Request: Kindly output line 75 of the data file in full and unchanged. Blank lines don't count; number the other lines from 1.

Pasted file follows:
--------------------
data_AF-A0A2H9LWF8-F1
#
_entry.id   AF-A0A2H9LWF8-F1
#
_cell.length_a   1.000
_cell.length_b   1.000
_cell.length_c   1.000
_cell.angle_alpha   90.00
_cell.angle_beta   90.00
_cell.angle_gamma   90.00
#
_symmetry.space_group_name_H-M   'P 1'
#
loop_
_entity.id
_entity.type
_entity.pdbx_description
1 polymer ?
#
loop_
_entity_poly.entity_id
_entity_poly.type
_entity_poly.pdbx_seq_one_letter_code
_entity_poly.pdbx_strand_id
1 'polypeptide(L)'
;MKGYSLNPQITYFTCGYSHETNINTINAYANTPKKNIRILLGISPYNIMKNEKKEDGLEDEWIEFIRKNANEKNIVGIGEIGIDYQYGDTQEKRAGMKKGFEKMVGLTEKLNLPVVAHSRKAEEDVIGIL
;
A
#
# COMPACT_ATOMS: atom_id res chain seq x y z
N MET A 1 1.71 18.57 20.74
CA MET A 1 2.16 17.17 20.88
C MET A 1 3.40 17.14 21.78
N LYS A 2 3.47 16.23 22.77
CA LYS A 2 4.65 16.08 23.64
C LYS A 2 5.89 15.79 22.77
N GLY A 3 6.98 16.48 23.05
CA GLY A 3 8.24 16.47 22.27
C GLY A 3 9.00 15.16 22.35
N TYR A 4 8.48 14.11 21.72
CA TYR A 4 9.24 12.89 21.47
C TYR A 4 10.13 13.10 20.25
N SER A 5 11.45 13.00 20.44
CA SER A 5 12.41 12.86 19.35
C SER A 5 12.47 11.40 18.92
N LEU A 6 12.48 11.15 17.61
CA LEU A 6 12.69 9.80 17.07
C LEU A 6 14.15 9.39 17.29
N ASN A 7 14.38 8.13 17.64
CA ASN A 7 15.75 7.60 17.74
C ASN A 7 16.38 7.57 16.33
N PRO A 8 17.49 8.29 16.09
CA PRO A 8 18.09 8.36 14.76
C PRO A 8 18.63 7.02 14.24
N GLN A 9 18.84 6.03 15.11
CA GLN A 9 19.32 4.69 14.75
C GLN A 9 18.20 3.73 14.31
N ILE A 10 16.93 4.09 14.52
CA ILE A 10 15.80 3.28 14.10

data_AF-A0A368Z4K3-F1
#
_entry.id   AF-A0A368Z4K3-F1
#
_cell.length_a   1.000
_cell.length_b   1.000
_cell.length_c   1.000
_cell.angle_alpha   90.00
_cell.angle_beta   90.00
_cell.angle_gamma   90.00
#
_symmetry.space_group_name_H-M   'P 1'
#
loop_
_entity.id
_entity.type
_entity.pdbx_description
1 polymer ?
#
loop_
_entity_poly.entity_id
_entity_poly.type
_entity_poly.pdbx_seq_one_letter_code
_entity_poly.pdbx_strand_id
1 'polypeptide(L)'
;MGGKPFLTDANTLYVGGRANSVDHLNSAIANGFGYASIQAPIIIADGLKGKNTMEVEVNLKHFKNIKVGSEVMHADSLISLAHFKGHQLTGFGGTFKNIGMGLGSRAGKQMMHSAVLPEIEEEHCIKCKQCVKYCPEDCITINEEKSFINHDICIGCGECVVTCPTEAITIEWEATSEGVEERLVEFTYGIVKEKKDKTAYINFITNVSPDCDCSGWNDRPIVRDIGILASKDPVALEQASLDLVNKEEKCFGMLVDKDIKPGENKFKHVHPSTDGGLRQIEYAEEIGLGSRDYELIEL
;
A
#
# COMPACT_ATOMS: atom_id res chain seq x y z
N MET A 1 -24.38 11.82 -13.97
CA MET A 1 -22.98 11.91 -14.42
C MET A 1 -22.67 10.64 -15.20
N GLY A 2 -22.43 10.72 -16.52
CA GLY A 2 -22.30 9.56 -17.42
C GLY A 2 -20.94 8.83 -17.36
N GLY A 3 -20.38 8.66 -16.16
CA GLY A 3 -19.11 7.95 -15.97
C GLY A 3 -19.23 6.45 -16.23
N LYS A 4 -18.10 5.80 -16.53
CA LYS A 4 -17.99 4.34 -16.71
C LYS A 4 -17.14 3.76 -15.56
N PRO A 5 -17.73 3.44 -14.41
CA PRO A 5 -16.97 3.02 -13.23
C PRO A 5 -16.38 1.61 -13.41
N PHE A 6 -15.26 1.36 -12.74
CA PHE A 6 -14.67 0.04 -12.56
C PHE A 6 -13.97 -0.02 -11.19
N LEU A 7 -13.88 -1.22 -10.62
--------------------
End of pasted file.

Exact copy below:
_entity.type